Wednesday, February 24, 2010

The Ironies of Imperialism: Haiti vs. India

I first criticized the Green Revolution in

Perelman, Michael. 1971. "Second Thoughts on the Green Revolution." The New Republic, v. 165 (17 July): pp. 21-22; and then in a book, Farming for Profit in a Hungry World.

The Green Revolution was designed to promote capitalist development by changing class relationships in the countryside, making developing countries more dependent on imported inputs, while leaving the system susceptible to the environmental problems associated with intensive chemical agriculture.

The Wall Street Journal published an article describing the falling yields in India from the over-application of nitrogen fertilizer. A second article describes the heroic efforts of an agricultural operation funded in part by the wonderful Paul Farmer.

The articles offer a fascinating window into the contradictions of capitalist development, the unexplained damage done to Haiti by imperialism -- they do so without ever connecting the dots, but that is easy to do.

Anand, Geeta. 2010. "Green Revolution in India Wilts as Subsidies Backfire" Wall Street Journal (23 February): p. A 1.

"In the 1970s, India dramatically increased food production, finally allowing this giant country to feed itself. But government efforts to continue that miracle by encouraging farmers to use fertilizers have backfired, forcing the country to expand its reliance on imported food."

"India has been providing farmers with heavily subsidized fertilizer for more than three decades. The overuse of one type -- urea -- is so degrading the soil that yields on some crops are falling and import levels are rising. So are food prices, which jumped 19% last year. The country now produces less rice per hectare than its far poorer neighbors: Pakistan, Sri Lanka and Bangladesh."

"Agriculture's decline is emerging as one of the hottest political issues in the world's biggest democracy."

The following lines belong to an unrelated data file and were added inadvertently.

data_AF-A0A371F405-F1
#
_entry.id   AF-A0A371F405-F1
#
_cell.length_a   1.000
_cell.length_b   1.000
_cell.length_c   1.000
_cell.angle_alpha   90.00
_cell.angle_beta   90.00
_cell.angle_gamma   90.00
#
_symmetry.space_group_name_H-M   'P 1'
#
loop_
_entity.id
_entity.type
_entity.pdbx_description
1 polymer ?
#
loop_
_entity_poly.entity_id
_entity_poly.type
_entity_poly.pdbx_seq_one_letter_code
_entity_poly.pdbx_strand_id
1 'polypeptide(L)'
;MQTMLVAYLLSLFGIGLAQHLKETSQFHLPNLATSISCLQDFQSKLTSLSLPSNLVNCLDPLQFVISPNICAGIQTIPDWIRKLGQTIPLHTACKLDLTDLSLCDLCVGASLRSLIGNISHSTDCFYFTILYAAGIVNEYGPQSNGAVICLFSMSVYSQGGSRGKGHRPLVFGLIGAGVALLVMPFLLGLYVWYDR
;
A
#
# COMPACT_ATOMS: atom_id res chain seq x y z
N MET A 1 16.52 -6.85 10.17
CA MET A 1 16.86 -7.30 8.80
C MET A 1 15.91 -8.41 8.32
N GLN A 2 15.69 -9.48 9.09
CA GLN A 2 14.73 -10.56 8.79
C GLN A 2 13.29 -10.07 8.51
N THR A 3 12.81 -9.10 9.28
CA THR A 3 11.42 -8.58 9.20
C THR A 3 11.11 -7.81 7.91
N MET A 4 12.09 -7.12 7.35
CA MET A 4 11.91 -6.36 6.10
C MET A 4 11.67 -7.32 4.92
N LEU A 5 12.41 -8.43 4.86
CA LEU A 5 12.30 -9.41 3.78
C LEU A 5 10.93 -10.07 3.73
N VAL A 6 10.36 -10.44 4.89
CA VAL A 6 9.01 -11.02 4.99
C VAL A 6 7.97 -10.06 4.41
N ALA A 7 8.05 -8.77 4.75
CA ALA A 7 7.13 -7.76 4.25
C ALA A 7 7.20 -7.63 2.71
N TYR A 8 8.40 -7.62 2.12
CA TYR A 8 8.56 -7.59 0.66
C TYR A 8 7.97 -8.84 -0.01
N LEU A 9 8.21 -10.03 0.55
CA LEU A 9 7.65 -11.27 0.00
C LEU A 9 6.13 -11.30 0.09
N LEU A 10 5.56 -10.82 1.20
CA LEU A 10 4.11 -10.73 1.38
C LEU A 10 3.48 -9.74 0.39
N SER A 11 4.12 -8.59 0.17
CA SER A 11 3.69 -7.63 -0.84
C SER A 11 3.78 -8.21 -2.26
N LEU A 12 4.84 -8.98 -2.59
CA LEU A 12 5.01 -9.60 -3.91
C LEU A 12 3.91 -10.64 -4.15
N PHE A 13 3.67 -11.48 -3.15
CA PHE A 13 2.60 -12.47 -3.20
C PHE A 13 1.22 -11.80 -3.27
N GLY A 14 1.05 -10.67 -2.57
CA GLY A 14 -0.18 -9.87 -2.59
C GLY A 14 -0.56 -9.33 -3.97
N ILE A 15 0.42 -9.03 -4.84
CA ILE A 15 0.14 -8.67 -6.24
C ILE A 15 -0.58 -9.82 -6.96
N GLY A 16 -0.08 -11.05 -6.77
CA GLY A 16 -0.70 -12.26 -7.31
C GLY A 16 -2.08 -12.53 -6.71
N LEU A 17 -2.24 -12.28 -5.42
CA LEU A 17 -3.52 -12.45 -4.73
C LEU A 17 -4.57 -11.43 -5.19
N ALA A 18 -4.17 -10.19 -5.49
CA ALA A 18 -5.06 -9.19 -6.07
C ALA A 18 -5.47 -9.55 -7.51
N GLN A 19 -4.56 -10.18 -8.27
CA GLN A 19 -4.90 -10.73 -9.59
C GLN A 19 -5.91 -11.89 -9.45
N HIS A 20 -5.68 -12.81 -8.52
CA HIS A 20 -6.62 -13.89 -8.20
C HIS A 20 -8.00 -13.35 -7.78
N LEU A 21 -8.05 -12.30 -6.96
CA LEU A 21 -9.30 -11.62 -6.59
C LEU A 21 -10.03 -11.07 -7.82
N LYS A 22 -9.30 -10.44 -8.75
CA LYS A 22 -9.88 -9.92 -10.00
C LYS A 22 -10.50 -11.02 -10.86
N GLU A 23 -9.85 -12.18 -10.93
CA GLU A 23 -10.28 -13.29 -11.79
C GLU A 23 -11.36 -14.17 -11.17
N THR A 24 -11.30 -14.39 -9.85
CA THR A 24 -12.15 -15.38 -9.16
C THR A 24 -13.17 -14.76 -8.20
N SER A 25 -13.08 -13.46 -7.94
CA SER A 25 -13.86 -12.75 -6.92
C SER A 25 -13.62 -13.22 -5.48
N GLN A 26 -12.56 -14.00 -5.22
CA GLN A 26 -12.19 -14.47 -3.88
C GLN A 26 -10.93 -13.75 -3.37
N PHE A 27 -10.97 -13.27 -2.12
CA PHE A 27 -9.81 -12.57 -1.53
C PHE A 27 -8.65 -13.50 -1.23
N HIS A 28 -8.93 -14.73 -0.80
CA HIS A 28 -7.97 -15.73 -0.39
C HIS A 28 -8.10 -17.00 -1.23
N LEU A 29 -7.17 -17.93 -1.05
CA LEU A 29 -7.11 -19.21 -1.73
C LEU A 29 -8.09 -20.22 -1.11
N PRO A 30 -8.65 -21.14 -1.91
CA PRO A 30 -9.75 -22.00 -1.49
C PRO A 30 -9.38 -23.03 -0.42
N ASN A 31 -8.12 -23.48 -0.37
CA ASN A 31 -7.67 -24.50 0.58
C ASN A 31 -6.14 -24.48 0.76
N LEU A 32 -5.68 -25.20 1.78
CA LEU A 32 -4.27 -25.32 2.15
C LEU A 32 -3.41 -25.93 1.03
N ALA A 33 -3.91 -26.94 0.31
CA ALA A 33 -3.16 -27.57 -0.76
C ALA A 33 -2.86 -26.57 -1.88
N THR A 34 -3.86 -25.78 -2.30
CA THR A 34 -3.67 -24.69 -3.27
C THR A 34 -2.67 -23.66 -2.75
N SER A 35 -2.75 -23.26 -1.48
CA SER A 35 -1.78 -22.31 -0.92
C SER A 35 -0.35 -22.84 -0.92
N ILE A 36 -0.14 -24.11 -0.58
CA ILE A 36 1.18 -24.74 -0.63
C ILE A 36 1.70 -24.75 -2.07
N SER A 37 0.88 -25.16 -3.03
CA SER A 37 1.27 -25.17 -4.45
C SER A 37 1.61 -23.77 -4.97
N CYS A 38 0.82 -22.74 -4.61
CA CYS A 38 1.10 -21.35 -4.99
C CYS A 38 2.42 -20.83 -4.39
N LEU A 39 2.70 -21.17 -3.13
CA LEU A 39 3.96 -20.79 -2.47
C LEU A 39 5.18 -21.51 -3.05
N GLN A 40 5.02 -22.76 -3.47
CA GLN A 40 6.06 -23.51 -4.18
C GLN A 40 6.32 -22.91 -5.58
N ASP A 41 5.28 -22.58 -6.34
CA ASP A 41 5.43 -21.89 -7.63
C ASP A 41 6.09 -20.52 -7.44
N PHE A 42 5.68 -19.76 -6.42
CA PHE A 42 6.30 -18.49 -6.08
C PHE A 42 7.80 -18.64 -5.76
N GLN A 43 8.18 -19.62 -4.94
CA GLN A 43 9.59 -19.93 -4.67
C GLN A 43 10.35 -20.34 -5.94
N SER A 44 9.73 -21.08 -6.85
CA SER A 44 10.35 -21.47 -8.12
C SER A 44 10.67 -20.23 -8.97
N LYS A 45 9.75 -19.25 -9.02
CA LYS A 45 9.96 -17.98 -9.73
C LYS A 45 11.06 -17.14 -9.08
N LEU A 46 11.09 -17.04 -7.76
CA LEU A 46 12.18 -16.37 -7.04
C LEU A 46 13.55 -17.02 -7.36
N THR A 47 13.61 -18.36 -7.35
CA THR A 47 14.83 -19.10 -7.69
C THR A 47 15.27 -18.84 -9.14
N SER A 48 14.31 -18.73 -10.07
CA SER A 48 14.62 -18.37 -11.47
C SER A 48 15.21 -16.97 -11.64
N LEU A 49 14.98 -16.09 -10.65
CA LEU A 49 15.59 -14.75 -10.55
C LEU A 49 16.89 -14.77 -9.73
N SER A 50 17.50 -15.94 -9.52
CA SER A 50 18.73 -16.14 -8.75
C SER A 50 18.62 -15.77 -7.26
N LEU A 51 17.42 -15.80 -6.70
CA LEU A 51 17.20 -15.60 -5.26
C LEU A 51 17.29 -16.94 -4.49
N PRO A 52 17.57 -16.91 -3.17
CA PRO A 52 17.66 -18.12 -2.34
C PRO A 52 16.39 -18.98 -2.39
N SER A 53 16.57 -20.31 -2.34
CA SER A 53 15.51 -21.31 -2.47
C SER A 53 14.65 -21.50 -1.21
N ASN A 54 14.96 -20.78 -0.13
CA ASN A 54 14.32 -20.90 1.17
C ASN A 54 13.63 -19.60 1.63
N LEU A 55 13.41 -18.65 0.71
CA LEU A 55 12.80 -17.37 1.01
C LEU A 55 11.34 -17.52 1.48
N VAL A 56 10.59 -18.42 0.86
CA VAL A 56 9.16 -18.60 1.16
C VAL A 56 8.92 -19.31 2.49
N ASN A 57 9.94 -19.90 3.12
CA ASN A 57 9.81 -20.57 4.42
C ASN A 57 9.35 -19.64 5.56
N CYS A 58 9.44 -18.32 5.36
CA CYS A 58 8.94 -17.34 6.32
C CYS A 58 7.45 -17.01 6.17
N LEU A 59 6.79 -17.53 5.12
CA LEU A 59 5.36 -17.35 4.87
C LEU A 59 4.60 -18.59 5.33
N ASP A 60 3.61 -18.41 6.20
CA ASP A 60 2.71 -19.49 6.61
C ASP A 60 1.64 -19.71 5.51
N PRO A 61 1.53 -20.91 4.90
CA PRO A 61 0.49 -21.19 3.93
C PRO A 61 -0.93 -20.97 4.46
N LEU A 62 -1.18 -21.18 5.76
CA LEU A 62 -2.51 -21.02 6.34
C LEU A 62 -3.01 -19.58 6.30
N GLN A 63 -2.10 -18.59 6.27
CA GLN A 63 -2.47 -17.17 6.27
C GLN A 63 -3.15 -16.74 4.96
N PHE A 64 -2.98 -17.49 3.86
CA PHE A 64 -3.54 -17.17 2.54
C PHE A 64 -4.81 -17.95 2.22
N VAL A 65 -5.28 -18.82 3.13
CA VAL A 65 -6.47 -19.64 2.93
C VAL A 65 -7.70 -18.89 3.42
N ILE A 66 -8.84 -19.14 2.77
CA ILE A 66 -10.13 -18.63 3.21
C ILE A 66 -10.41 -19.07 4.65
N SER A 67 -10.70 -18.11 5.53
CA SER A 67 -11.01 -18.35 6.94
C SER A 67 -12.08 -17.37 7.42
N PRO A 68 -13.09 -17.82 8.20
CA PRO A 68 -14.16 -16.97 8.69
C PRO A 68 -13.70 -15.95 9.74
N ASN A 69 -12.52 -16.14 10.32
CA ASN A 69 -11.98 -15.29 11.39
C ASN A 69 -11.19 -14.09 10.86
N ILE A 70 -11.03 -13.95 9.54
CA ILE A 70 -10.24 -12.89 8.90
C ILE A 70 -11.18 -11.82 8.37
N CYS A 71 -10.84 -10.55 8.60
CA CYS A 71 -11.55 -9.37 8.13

"On Thursday, Prime Minister Manmohan Singh's cabinet announced that India would adopt a new subsidy program in April, hoping to replenish the soil by giving farmers incentives to use a better mix of nutrients. But in a major compromise, the government left in place the old subsidy on urea -- meaning farmers will still have a big incentive to use too much of it."

"India spends almost twice as much on food imports today as it did in 2002, according to the Ministry of Agriculture. Wheat imports hit 1.7 million tons in 2008, up from about 1,300 tons in 2002. Food prices rose 19% last year. Mr. Singh's government, however, said it would continue to subsidize urea, although it would set the price 10% higher.
Mr. Awasti, the fertilizer cooperative head, says the continuing urea subsidy means that farmers likely will still use too much of it. "The government is opting, as with any very difficult change, to adopt it in phases," he says. He says he believes that the urea subsidy will be dropped altogether in a year."

Twenty-one percent of the urea, 67% of the phosphorus-based fertilizers and 100% of the potash-rich fertilizers sold in India in the fiscal year ended March 2009 were imported, according to a report this month from Fitch Ratings.


Dugan, Ianthe Jeanne. 2010. "Quake Has Haiti Relying on Agricultural Program in Countryside" Wall Street Journal (23 February): p. A 15.

"An agricultural program that helped inch people out of poverty and hunger in this village about 25 miles north of Port-au-Prince is racing to feed thousands who flocked here after the earthquake. The increased role of the program, called Zanmi Agrikol, shows the catastrophe's effects on the countryside, where an estimated half-million people fled from the capital. Since the mid-January disaster, the Haitian government has been trying to figure out how to provide food and jobs in rural areas neglected for decades. Zanmi Agrikol -- which means "Partners in Agriculture" in Creole -- is one model of how the agricultural industry and cottage businesses will help meet the challenge."

""Since this business started, we have been able to buy food and send our son to school," St. Jean Nadine Wadley said recently, as she walked home with her husband and son, after washing clothes and bathing in a nearby river. Through Zanmi Agrikol, the Wadleys and 240 other families receive seeds, farming equipment as well as trees for reforestation and food, including mango, citrus and banana trees. They are taught techniques such as planting, composting and terracing sloped yards. As a result, most families here are cultivating tiny plots of land at home, so they can grow their own food and sell a small surplus."

"Now, with refugees having more than doubled the size of the village, organizers and residents are racing to expand the program. "Now we have 10 new people in our house. And we don't have enough food," Mrs. Wadley says."